Once again, it is the best interest of the child/children that is most important when courts contemplate child custody and parenting arrangements. The court intends to protect the child/children’s well-being, free from harm and exposure to unnecessary conflict.
In a situation where equal parenting is confirmed in agreement, both parents must make a genuine effort to communicate with one another and arrive at a joint resolution when it comes to long-term decisions. When it comes to day-to-day decisions, no consultation is required.
Examples of long-term decisions include; naming your child/children, selecting a religion, school enrolment or moving countries. Day-to-day decisions include; what your child/children eat for breakfast, what they wear, or how much television they can watch.
It is important to note that equal shared parental responsibility can be given to another adult who is not the biological parent, such as a grandparent or a step-parent.
Care Time – Time Spent Together
Care time refers to the physical time spent with the child/children and requires a different set of considerations. Namely, what is practical and reasonable for the child/children so as not to cause significant disruptions to their lives. Care time is usually divided in ratios, i.e. equal time, substantial and significant time, or regular time.
Equal shared parental responsibility does not also mean equal time spent together. Care time is either decided by the courts or agreed upon by consent between the parents.
If you and your former spouse cannot reach an agreement, you can apply to the court for a range of parenting orders. These are a set of orders made by a court about parenting arrangements for a child. You and the other party may enter into a parenting plan or apply to the court for consent orders.
A parenting order may deal with one or more of the following:
- whom the child/children will live with;
- how much time the child/children will spend with each parent and with other people (such as grandparents);
- the allocation of parental responsibility;
- how the child/children will communicate with a parent they do not live with, or other people, and;
- any aspect of the care, welfare, or development of the child/children.
The process involved in filing and applying for parenting orders can be strenuous. We can help. Get in touch to arrange a consultation with one of our experienced separation law specialists.
Can My Child be Relocated to Another State or Country?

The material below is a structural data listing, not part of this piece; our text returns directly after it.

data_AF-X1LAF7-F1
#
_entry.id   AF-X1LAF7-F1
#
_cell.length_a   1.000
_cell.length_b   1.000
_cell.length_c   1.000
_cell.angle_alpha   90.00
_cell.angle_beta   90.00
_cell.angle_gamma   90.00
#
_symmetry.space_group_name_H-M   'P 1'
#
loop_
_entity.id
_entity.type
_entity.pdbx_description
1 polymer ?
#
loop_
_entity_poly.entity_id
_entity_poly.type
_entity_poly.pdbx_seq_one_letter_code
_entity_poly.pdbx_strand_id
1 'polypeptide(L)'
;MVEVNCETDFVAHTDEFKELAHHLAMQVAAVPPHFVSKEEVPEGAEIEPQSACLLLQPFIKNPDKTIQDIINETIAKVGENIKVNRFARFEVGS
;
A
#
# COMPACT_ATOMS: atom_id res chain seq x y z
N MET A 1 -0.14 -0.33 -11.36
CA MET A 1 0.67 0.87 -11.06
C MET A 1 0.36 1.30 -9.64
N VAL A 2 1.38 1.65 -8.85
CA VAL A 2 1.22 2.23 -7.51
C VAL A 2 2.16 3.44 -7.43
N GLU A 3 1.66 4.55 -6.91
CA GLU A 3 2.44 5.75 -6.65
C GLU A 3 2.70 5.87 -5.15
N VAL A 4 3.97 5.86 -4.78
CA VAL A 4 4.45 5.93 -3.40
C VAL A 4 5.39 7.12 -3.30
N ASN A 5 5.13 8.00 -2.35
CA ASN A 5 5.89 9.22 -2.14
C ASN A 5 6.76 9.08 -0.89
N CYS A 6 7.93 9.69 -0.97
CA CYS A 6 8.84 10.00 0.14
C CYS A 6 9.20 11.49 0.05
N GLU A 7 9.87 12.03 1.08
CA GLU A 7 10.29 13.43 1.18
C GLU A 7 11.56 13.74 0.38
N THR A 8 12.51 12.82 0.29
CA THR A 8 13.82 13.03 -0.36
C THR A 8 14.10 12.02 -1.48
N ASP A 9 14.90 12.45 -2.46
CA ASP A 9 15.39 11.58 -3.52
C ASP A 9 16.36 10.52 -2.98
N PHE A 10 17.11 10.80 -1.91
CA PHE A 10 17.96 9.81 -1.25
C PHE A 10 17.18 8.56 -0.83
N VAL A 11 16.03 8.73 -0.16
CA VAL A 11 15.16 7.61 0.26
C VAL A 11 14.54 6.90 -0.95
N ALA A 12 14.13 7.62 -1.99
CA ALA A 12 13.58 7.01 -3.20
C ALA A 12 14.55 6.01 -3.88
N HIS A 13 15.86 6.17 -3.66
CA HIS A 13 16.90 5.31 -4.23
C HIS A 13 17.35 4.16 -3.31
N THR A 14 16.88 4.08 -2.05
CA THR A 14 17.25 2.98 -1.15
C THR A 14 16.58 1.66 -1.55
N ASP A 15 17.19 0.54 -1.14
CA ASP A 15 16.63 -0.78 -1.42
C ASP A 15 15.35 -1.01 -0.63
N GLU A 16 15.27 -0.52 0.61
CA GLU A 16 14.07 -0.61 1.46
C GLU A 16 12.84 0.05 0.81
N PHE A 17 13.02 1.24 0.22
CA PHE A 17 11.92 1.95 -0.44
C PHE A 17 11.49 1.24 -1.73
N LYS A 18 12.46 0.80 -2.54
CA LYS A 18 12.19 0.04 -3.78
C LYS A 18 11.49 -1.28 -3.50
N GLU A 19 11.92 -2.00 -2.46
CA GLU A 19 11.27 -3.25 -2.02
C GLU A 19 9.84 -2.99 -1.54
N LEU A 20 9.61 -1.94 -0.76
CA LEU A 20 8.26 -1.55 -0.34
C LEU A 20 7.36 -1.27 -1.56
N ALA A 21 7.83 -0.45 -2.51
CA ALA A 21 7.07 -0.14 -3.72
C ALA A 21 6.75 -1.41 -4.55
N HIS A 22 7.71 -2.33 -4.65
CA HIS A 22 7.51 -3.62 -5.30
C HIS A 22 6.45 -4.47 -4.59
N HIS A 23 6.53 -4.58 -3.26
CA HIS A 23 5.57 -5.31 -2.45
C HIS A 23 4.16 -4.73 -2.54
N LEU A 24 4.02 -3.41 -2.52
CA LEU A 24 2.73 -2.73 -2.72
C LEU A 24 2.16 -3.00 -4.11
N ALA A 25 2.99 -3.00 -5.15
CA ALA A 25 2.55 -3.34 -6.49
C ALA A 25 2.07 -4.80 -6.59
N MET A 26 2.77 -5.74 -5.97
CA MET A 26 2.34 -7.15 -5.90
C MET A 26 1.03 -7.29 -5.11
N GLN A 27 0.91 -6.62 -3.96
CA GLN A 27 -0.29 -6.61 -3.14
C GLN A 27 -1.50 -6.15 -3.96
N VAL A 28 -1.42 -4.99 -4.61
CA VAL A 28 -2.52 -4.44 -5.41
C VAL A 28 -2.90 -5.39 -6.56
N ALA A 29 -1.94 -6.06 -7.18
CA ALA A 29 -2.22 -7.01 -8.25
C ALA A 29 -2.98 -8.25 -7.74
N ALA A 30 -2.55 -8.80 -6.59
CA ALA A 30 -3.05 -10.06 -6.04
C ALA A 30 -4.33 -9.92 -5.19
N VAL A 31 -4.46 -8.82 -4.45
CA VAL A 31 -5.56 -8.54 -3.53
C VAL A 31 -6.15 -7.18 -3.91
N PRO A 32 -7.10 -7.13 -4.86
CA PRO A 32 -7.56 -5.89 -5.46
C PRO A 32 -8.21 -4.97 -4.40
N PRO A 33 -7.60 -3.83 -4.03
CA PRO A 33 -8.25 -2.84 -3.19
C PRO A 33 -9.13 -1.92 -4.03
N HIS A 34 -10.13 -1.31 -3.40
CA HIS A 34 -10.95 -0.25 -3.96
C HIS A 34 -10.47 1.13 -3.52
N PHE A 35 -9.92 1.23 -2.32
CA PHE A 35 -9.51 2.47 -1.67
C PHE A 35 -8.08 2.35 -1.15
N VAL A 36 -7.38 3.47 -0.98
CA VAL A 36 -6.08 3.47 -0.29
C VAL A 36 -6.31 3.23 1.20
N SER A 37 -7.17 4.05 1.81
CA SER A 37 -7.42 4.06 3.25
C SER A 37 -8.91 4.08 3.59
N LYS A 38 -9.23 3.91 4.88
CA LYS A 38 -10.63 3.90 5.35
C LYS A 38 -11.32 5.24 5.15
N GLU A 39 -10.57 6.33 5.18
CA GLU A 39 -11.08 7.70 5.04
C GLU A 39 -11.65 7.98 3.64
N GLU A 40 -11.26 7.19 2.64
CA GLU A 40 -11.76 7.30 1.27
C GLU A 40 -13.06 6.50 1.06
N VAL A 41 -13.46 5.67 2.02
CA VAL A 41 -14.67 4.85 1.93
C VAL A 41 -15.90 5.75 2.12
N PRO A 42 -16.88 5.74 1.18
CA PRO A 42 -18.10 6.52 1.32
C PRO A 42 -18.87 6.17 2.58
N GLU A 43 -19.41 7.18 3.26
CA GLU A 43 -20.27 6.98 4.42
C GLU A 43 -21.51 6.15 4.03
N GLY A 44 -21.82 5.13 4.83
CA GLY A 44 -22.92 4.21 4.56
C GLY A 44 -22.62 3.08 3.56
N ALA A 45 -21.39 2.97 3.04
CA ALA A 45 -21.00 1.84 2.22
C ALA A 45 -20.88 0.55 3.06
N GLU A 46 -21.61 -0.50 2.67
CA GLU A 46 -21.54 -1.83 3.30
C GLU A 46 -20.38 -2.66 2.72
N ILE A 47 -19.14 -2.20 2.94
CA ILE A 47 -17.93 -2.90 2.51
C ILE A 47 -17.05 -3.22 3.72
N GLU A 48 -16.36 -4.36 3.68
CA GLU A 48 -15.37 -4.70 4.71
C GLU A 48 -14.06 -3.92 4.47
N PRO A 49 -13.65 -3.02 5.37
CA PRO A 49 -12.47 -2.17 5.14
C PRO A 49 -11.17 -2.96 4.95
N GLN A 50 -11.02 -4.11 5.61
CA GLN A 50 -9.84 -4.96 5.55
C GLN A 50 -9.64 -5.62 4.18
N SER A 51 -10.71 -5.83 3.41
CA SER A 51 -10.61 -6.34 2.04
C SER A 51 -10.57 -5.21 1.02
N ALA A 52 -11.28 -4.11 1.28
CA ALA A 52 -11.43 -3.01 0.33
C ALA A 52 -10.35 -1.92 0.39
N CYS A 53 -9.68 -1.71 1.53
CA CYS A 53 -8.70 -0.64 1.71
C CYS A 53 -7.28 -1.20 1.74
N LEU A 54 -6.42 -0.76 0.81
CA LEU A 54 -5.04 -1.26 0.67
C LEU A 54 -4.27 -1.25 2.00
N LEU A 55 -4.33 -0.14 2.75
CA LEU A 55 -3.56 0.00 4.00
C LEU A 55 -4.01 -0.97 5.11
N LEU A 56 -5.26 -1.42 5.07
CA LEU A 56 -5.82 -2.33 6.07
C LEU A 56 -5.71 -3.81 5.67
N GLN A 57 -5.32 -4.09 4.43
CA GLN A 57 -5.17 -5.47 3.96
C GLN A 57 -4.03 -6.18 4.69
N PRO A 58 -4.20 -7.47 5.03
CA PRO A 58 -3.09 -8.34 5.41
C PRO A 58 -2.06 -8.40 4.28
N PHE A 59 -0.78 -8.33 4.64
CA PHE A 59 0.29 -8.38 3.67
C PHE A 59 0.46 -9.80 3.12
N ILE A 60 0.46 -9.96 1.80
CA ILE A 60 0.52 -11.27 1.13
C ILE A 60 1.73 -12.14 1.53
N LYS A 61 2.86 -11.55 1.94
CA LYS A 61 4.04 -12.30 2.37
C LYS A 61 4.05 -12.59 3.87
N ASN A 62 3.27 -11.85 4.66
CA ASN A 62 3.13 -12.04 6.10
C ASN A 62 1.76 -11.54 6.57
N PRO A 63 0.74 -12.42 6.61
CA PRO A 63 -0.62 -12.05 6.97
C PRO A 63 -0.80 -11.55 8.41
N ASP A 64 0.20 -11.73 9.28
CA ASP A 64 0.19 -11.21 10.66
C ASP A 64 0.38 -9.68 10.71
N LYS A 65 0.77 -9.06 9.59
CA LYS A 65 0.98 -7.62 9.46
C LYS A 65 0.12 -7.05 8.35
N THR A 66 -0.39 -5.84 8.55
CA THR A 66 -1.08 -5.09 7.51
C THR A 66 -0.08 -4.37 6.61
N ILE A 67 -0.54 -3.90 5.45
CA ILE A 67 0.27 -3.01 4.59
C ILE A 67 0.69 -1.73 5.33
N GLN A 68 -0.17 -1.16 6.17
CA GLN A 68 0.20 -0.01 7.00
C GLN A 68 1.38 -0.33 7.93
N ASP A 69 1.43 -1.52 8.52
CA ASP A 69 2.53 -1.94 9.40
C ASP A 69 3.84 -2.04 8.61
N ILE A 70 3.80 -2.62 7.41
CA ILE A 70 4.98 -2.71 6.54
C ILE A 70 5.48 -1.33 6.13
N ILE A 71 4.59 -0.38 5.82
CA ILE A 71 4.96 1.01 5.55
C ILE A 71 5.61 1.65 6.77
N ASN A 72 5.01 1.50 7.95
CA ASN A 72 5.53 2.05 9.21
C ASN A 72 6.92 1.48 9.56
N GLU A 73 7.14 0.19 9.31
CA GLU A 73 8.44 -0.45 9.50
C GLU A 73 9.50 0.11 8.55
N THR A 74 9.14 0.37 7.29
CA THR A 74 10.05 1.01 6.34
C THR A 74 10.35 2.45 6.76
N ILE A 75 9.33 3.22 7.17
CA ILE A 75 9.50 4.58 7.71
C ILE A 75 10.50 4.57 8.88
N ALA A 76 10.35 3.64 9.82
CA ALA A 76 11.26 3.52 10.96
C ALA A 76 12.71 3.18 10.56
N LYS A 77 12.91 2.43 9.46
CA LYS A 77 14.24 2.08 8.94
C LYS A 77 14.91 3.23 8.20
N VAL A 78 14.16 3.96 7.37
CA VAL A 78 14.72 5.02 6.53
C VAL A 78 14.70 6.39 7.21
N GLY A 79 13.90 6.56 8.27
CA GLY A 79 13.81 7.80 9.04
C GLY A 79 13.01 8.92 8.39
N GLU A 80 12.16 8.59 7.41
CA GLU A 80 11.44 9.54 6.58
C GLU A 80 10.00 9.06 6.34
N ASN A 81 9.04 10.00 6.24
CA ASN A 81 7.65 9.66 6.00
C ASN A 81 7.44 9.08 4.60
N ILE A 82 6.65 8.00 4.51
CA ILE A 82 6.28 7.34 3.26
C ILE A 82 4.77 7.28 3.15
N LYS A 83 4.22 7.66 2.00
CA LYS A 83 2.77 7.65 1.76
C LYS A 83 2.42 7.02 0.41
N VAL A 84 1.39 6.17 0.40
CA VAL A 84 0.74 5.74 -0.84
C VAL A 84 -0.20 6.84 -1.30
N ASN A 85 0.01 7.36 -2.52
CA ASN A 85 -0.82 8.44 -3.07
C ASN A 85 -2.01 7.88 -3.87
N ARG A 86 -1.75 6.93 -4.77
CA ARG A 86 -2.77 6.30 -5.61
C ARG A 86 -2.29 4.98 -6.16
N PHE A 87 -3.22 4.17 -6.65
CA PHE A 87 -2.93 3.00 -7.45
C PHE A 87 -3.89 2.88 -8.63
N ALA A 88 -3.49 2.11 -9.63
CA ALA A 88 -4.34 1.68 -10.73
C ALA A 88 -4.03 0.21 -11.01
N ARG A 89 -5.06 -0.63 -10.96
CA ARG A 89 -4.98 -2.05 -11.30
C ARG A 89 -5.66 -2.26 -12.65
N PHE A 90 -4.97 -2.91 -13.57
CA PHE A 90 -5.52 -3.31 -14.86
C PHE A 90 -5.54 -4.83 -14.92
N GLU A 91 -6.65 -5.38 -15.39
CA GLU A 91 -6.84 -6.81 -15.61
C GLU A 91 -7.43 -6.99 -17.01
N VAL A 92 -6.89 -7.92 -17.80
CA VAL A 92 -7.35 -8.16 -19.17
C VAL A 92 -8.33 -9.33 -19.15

If there is an order that the child/children are to spend time with both parties, they cannot be relocated, or indeed even travel overseas without consent. If an agreement cannot be reached, an application to the court must be made for orders allowing the travel to occur. The court will consider all elements relevant to the best interests of the child/children.
If you are concerned that your child/children are travelling overseas or being relocated without consent, you should seek legal help as soon as possible and apply for an order to prevent this from happening.
What about Child Support?
This area is not covered by the Family Law courts but is governed by the Child Support (Assessment) Act 1989 and carried out by The Department of Human Services.
Generally speaking, both parents are liable to pay child support if there is the capacity to do so. The amount of child support each parent pays is calculated by considering the below information:
- The income of each parent.
- Percentage of nights each parent has the child or children.
- The number of children aged below the age of 13 and the number aged between 13 and 17.
- Whether the parent has any other dependents.
- An application can be made before the Family Law courts to depart from the child support formula assessment if there are circumstances that justify such an application (e.g. one party has significantly more assets or financial resources than the other).
You can find a child support calculator via the Australian Government Department of Human Services website. Please be aware that this is merely a guide and does not guarantee an accurate calculation.
This general guide provides a brief overview of the intricacies of child custody law during a separation or divorce. The law can be applied in many different ways depending on the circumstances of your matter.
At KPL Lawyers, we understand the importance of protecting your rights as a parent and your child/children’s right to secure and stable parental arrangements. Therefore it is advisable to seek legal advice before commencing any proceedings or entering negotiations regarding your parental rights.
Our dedicated family law specialists at KPL Lawyers have decades of experience and can help you navigate this complicated process with relative ease. Should you have any further questions, don’t hesitate to contact us today for a consultation.